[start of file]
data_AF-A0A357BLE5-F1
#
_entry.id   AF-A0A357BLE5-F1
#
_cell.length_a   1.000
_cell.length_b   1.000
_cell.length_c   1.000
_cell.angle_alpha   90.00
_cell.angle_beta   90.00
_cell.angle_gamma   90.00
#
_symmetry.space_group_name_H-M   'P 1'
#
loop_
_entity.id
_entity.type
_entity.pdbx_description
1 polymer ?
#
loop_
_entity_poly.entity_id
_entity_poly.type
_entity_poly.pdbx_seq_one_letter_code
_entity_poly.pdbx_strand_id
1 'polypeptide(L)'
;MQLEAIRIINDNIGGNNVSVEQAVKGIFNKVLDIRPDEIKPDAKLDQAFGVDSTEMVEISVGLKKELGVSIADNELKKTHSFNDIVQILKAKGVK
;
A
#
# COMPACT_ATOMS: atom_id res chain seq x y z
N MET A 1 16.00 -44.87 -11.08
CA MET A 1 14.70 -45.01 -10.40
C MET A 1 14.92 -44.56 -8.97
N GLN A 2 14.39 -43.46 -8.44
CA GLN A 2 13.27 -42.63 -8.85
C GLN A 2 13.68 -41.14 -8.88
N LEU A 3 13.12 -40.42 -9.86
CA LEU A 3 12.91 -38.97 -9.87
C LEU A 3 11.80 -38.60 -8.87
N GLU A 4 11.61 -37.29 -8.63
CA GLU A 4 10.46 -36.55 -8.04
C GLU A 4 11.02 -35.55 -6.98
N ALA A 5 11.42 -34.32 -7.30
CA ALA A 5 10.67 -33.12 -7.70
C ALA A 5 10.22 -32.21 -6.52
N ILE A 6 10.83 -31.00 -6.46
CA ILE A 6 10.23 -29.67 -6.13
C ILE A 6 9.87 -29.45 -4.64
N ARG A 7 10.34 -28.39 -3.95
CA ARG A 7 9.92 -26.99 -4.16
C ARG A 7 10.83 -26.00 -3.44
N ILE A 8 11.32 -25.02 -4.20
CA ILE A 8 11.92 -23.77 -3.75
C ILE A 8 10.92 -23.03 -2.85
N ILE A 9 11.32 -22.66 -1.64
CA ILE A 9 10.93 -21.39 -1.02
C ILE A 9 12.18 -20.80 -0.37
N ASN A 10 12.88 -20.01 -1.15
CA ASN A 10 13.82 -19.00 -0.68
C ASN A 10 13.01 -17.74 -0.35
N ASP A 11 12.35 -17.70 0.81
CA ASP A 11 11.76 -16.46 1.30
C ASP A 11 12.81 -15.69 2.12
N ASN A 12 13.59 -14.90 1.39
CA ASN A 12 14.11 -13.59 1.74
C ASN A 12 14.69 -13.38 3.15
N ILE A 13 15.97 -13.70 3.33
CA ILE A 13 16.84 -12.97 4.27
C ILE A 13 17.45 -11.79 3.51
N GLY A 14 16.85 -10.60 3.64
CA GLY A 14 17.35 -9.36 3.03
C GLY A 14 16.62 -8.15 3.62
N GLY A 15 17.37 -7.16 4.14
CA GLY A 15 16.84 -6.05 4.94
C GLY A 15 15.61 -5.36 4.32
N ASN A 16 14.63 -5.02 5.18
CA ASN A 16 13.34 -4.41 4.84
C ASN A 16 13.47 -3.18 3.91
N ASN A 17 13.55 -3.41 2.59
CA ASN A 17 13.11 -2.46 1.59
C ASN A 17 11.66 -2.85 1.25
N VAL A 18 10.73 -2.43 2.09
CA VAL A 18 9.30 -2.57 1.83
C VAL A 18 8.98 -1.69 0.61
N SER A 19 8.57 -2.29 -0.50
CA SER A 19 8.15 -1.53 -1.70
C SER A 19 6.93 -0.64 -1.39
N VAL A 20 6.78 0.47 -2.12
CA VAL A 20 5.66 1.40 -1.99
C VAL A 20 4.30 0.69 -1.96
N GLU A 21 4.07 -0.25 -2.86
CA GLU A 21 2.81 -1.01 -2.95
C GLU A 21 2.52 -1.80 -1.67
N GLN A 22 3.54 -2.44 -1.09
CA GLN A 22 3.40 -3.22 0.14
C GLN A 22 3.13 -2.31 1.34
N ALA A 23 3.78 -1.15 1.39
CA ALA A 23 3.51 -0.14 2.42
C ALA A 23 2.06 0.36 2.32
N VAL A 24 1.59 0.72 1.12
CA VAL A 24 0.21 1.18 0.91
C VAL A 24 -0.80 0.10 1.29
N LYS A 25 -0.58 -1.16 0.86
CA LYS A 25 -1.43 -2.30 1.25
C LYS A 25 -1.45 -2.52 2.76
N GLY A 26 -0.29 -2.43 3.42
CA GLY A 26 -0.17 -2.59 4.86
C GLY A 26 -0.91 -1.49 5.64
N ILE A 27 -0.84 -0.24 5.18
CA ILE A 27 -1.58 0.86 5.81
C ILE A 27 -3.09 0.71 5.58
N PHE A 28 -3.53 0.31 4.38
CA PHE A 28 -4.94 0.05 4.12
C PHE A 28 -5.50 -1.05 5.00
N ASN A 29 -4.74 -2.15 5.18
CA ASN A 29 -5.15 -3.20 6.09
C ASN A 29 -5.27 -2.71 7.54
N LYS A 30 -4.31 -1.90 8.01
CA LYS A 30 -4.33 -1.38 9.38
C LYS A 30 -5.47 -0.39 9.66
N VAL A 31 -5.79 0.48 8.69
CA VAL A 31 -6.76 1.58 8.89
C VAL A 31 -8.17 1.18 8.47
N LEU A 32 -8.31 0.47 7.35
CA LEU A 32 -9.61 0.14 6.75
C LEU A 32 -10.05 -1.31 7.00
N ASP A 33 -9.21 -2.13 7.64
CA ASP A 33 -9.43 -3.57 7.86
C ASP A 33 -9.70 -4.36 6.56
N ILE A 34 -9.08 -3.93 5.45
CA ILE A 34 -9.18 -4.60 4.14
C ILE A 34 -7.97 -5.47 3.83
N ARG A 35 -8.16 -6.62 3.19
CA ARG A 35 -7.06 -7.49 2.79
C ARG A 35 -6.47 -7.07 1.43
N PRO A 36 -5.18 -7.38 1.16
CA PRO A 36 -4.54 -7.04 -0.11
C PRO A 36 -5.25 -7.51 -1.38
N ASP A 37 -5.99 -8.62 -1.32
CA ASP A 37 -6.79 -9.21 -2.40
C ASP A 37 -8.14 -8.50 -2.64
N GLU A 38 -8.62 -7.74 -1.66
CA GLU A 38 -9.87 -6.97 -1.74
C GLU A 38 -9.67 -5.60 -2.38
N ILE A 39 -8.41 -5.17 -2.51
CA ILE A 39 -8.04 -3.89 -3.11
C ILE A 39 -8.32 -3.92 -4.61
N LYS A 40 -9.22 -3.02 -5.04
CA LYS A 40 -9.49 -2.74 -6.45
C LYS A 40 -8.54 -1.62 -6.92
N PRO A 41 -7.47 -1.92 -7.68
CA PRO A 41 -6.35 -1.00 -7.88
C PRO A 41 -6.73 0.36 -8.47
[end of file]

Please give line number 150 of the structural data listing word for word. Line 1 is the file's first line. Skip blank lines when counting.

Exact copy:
C LYS A 40 -8.54 -1.62 -6.92